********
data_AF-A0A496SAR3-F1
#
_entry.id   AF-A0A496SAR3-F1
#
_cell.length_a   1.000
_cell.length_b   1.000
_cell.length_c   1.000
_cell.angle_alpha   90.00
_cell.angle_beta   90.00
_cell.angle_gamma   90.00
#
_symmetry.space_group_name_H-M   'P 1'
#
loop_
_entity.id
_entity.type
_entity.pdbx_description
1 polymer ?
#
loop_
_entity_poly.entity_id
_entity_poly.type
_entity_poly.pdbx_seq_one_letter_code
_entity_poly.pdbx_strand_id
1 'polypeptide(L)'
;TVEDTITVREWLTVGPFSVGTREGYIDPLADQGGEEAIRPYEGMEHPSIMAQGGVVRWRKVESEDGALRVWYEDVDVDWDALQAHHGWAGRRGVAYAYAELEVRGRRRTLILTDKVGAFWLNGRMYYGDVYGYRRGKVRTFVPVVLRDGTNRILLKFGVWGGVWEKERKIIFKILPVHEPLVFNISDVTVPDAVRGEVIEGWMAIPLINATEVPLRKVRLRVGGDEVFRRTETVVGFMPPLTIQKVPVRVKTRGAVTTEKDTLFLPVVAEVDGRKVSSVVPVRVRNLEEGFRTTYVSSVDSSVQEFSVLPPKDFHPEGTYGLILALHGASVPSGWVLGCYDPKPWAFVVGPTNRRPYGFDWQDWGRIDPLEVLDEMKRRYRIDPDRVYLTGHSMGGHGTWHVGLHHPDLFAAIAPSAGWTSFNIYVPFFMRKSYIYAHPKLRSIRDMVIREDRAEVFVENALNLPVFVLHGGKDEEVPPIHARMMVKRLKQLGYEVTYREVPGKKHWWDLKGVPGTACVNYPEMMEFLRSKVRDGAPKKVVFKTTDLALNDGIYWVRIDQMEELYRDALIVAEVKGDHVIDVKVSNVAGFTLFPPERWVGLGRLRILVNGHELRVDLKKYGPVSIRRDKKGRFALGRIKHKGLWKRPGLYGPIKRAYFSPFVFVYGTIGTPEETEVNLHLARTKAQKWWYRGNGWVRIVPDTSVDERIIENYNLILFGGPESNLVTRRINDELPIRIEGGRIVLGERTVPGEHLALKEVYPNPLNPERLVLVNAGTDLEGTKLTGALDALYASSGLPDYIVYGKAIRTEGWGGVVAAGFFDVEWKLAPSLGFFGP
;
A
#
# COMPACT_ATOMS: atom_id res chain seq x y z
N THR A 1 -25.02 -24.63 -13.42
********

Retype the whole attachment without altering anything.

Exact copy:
data_AF-A0A496SAR3-F1
#
_entry.id   AF-A0A496SAR3-F1
#
_cell.length_a   1.000
_cell.length_b   1.000
_cell.length_c   1.000
_cell.angle_alpha   90.00
_cell.angle_beta   90.00
_cell.angle_gamma   90.00
#
_symmetry.space_group_name_H-M   'P 1'
#
loop_
_entity.id
_entity.type
_entity.pdbx_description
1 polymer ?
#
loop_
_entity_poly.entity_id
_entity_poly.type
_entity_poly.pdbx_seq_one_letter_code
_entity_poly.pdbx_strand_id
1 'polypeptide(L)'
;TVEDTITVREWLTVGPFSVGTREGYIDPLADQGGEEAIRPYEGMEHPSIMAQGGVVRWRKVESEDGALRVWYEDVDVDWDALQAHHGWAGRRGVAYAYAELEVRGRRRTLILTDKVGAFWLNGRMYYGDVYGYRRGKVRTFVPVVLRDGTNRILLKFGVWGGVWEKERKIIFKILPVHEPLVFNISDVTVPDAVRGEVIEGWMAIPLINATEVPLRKVRLRVGGDEVFRRTETVVGFMPPLTIQKVPVRVKTRGAVTTEKDTLFLPVVAEVDGRKVSSVVPVRVRNLEEGFRTTYVSSVDSSVQEFSVLPPKDFHPEGTYGLILALHGASVPSGWVLGCYDPKPWAFVVGPTNRRPYGFDWQDWGRIDPLEVLDEMKRRYRIDPDRVYLTGHSMGGHGTWHVGLHHPDLFAAIAPSAGWTSFNIYVPFFMRKSYIYAHPKLRSIRDMVIREDRAEVFVENALNLPVFVLHGGKDEEVPPIHARMMVKRLKQLGYEVTYREVPGKKHWWDLKGVPGTACVNYPEMMEFLRSKVRDGAPKKVVFKTTDLALNDGIYWVRIDQMEELYRDALIVAEVKGDHVIDVKVSNVAGFTLFPPERWVGLGRLRILVNGHELRVDLKKYGPVSIRRDKKGRFALGRIKHKGLWKRPGLYGPIKRAYFSPFVFVYGTIGTPEETEVNLHLARTKAQKWWYRGNGWVRIVPDTSVDERIIENYNLILFGGPESNLVTRRINDELPIRIEGGRIVLGERTVPGEHLALKEVYPNPLNPERLVLVNAGTDLEGTKLTGALDALYASSGLPDYIVYGKAIRTEGWGGVVAAGFFDVEWKLAPSLGFFGP
;
A
#
# COMPACT_ATOMS: atom_id res chain seq x y z
N THR A 1 -25.02 -24.63 -13.42